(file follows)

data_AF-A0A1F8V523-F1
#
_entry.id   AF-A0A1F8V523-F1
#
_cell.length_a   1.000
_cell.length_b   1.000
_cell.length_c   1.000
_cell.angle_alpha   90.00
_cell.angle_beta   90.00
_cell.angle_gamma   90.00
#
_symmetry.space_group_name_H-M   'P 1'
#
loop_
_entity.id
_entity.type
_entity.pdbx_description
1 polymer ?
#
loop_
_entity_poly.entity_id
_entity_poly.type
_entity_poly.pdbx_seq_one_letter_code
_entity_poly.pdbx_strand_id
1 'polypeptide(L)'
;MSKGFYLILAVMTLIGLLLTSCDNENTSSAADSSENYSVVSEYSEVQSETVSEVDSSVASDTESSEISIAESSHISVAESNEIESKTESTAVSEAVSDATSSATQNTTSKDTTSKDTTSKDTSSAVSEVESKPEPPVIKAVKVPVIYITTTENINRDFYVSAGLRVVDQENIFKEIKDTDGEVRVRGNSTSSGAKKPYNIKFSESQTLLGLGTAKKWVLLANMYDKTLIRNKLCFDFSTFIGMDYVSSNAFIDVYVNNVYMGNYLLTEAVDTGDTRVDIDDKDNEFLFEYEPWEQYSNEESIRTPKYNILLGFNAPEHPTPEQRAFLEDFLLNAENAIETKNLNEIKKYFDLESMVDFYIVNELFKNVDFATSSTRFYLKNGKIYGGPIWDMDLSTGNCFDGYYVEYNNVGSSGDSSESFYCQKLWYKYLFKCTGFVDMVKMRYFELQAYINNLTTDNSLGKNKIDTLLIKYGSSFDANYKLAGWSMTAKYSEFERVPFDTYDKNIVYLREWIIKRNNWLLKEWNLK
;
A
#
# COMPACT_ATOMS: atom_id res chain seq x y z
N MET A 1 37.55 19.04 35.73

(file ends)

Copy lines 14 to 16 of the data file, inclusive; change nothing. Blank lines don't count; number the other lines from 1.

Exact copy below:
loop_
_entity.id
_entity.type